“The rats like cramped quarters.” She said, “But as a human I explained to them that its rather suffocating, so I expanded until I took over this whole floor.”
She pointed out the candles hanging from silver holders on the walls.
“No electricity like in your world.” She said and I had to wonder how exactly she knew of my world. “You see they tried it out, but the rats just kept chewing the wires to pieces. Superior species my ass.” She snorted out a laugh and I giggled as I imagined the chaos of a fully wired rats nest. Prince rat had taken a liking to my radio on the second week in my new house and the poor black box had lain prone and useless ever since.

When we entered the princess’s rooms I suddenly felt much more comfortable than I had since I had left my true home. Spun sugar edging and toffee colored tables filled the space with a serene elegance which personally I felt suited a warmer personality, but found beautiful nonetheless. Rich linens covered a bed the size of the entire room I slept in at my uncle’s house, but what was most impressive was the books.
Spines of indigo and lime green, apricot and rasberry created a rainbow out of the shelves. Some of the titles were vaguely familiar, classics that I was sure also stood upon my own family’s shelves. Others were written in foreign hands with foreign words and I wondered if the princess really knew how to read so many scripts.
“If nothing else the Mischief values knowledge.” The princess said, nodding to her collection. “They steal from all corners of every world. As more Mi-oh are born their empire grows. As it is there isn’t a single item that you can possibly dream of that they cannot obtain.” She held up a glowing rock on a silver chain. As I watched the orb twisted until it was shaped like a crescent moon, color changing from black to glittering gold.
“Pherros.” She said setting the rock down. The moment it left her hold it turned back to the plain black orb. “It detects one’s spirit energy and reflects it in the shape.”
I wanted more than anything else to hold the necklace. So entranced I hardly noticed when she tossed a book on the counter beside me.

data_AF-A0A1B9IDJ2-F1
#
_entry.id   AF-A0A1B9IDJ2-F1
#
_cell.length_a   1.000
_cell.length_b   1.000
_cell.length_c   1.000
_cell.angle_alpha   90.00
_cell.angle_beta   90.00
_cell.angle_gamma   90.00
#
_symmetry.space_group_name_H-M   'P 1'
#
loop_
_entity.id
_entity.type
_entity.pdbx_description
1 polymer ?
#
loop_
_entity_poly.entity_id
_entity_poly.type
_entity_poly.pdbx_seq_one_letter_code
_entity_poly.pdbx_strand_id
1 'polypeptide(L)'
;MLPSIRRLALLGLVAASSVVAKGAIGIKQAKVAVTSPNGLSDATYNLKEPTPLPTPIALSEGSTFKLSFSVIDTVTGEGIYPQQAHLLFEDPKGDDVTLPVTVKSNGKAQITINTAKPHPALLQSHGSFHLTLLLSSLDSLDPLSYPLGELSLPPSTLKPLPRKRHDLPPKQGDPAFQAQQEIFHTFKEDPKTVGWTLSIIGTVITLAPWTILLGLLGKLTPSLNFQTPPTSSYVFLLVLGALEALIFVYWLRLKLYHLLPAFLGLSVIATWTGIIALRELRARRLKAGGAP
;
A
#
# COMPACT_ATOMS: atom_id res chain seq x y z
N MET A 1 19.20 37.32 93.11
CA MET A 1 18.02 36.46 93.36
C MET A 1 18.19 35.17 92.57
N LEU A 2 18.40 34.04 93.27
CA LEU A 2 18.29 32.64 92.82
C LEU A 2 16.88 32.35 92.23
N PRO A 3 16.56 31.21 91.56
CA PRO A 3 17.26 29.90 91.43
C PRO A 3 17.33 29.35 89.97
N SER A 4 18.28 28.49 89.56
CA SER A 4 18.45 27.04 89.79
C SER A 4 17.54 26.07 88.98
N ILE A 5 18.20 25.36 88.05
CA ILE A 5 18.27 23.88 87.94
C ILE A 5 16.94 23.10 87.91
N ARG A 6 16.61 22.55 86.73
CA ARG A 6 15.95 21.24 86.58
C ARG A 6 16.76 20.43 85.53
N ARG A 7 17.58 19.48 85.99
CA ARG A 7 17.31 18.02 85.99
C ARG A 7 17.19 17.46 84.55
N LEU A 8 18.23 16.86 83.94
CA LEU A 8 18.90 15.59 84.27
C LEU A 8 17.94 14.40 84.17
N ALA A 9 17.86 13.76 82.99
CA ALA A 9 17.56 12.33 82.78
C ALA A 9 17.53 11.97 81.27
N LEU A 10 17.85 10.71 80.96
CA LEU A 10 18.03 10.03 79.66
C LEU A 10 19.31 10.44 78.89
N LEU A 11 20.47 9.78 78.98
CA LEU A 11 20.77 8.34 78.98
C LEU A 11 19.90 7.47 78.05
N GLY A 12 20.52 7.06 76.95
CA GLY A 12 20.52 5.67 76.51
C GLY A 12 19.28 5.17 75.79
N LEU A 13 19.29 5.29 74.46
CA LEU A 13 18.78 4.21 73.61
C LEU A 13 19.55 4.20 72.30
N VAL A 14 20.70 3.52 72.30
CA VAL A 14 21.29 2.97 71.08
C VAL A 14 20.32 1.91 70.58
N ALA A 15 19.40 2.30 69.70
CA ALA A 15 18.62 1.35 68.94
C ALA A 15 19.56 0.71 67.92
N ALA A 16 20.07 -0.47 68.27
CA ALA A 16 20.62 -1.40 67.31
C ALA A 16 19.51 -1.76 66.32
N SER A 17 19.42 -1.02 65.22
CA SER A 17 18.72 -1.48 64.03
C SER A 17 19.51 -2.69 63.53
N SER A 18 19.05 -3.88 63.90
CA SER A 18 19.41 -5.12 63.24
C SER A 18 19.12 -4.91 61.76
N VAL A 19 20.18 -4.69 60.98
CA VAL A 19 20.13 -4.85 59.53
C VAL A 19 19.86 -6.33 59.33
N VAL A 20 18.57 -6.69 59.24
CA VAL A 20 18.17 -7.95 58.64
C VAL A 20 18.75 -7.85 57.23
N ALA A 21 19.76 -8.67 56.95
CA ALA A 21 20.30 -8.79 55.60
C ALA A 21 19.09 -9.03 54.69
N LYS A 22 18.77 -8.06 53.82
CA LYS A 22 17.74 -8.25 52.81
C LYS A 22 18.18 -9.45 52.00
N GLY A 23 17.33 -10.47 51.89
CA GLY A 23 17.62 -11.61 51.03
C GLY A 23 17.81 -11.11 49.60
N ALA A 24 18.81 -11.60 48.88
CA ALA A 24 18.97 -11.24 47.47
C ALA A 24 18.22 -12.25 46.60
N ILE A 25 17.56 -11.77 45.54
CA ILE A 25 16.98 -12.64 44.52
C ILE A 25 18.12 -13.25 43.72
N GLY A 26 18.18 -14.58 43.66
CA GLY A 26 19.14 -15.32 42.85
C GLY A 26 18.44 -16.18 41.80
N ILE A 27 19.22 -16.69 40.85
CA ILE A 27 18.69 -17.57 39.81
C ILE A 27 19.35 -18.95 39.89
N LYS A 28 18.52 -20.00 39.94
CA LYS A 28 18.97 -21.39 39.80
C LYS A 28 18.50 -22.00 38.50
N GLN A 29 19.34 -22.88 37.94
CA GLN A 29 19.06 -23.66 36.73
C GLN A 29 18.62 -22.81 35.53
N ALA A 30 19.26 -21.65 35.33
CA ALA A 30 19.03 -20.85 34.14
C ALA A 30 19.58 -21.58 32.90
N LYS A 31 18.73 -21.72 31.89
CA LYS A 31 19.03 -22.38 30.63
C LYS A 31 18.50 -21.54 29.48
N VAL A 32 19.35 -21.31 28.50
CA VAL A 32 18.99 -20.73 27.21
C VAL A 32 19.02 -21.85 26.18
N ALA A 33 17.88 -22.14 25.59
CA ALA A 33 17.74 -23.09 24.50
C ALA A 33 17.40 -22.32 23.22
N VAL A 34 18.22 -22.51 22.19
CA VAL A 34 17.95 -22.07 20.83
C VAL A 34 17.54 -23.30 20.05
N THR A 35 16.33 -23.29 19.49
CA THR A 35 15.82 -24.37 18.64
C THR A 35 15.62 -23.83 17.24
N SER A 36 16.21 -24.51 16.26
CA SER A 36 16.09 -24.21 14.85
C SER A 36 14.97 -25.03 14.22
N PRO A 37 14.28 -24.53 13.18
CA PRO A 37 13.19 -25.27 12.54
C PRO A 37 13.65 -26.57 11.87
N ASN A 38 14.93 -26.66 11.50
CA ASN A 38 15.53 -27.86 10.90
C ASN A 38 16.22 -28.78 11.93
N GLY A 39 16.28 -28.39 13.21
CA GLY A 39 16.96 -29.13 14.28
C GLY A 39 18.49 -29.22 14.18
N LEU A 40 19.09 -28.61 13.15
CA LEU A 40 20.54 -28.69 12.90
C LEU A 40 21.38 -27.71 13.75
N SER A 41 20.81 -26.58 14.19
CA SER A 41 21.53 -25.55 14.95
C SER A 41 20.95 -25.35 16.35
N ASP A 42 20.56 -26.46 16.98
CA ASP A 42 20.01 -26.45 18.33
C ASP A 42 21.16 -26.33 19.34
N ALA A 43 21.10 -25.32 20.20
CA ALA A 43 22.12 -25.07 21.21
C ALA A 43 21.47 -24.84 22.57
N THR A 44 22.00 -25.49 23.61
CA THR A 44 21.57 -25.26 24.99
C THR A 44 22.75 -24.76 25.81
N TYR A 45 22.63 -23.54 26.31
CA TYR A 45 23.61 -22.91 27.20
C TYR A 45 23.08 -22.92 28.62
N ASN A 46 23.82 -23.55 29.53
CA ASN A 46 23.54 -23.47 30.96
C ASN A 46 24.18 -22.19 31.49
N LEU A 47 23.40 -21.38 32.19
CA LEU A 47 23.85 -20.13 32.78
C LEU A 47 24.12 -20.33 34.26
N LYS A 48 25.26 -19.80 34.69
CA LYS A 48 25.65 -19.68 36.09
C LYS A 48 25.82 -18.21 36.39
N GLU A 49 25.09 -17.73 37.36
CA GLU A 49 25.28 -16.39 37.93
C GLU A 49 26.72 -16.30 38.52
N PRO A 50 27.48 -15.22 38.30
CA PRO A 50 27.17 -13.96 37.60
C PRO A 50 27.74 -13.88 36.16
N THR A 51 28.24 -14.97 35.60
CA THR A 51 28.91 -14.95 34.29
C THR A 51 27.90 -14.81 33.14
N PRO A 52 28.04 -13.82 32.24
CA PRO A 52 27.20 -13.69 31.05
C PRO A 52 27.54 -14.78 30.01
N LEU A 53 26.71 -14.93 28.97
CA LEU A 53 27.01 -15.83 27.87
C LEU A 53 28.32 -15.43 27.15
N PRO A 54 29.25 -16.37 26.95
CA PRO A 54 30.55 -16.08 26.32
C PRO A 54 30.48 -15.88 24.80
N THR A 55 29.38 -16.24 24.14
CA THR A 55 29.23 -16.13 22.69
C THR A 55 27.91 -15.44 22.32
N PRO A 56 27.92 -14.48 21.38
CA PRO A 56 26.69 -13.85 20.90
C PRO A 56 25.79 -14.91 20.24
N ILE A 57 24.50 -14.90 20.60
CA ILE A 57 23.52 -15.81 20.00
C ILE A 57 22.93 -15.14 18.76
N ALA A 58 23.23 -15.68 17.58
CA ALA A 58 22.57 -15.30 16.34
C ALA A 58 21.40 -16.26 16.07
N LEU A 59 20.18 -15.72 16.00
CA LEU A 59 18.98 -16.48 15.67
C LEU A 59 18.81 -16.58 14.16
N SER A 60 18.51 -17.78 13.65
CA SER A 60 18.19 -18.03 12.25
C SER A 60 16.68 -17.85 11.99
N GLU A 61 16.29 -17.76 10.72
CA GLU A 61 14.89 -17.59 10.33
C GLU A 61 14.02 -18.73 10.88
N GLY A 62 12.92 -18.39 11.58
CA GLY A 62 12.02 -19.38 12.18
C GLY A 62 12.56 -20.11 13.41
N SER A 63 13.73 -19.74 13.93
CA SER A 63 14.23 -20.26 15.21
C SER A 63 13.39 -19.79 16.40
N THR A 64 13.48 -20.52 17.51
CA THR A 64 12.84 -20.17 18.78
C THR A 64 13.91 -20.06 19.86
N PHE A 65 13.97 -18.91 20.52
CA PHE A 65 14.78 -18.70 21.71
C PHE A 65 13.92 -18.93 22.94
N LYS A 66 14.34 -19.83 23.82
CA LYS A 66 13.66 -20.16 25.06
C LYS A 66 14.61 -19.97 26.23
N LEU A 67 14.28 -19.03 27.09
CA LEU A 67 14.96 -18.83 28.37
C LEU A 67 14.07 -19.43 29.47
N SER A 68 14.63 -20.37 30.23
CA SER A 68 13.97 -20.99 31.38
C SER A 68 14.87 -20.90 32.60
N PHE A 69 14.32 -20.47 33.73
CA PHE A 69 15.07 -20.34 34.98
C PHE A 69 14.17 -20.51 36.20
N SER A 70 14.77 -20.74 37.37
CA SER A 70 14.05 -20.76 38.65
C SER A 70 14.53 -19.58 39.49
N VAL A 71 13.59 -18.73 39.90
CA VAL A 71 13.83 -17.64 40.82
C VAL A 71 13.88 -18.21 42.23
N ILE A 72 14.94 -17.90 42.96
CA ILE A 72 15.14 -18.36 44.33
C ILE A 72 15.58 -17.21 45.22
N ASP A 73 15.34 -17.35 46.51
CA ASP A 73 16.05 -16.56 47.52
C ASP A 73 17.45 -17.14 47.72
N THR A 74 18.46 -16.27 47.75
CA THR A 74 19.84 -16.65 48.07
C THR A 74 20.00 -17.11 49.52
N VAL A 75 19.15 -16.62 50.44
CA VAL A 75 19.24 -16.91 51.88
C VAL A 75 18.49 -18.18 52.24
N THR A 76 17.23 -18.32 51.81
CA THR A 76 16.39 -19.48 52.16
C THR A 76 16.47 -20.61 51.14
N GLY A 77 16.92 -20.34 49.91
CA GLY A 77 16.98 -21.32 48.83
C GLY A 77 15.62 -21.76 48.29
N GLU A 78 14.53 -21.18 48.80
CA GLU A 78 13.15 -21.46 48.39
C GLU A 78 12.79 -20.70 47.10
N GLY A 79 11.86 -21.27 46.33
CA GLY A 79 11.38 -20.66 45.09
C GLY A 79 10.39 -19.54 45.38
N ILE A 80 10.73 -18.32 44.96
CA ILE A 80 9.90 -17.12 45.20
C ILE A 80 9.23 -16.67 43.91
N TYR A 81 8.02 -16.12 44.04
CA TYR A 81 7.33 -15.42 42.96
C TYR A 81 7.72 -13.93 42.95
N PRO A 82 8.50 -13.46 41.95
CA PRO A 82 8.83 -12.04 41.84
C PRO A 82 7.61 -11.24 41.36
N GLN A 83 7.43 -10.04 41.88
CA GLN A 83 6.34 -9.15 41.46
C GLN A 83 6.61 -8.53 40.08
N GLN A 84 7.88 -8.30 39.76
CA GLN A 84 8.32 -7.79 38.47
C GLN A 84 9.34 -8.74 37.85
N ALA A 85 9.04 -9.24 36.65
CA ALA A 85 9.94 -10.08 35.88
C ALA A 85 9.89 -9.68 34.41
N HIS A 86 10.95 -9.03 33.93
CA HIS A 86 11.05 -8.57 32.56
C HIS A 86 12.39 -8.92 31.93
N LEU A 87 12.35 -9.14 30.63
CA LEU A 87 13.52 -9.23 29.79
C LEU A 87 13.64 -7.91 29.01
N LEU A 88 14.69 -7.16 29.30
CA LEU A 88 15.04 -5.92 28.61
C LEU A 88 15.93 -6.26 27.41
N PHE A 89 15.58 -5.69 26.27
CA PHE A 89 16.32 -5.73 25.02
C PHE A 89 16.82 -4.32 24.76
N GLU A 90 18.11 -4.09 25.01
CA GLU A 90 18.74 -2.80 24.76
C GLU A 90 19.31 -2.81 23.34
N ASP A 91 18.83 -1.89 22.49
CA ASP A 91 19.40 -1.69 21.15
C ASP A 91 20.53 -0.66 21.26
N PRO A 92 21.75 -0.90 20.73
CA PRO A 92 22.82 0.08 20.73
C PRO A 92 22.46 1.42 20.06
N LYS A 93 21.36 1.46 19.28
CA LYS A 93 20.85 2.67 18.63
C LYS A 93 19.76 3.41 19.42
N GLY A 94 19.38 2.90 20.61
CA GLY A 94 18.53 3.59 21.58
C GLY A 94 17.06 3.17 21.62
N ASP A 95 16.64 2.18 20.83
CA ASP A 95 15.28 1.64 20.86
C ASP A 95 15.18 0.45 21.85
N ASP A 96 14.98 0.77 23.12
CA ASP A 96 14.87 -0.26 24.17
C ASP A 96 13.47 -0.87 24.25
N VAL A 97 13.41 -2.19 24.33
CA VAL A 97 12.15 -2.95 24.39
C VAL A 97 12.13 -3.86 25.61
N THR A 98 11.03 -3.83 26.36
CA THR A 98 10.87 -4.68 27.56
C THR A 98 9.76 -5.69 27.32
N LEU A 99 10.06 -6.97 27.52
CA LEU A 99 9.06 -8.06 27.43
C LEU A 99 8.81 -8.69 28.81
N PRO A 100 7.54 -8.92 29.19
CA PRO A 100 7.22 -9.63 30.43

“ If you care to learn, the teacher’s here can speak in every foreign tongue. Not that you’ll ever get a chance to use it, but it passes the time.” She shrugged and pointed to the book, titled in a language that I hardly recognized. I smiled politely.
“Thank you princess, but I’m not too good at school. Mama said its because my head is full of rocks.” Thinking of my mother made my stomach hurt. “Besides, I have plenty of classes back home to keep me busy.”
“Home?” She asked, eyebrows raising in surprise and I nodded.
“I am only here for a visit.” I said and she frowned.
“I see, well if that's how they are misleading you then I hope that your visit is successful.”
Without another word she led me out into the hallway and closed the door in my face. I stood dumfounded for a moment, wondering what it could have been that I said that had offended my new friend. All I could figure was that she was sad that I wouldn’t be staying with her forever. The thought made me like the princess more, at least the picture I had painted of her in my mind. Was she crying in her rooms at the thought of loosing a friend? Just as I raised my hand to knock upon the door I caught a flash of red behind me and whirled around.
It was Gnar.
“You scared me.” I scolded and he stepped back.
“You are alone?” He asked and I nodded. “I suppose it is a bit much to ask the Bosha-lo to groom the Mi-lo.” I tried to follow and gave up. All I knew was that someone hadn’t wanted to groom me and honestly I was pretty glad that whoever it was didn’t.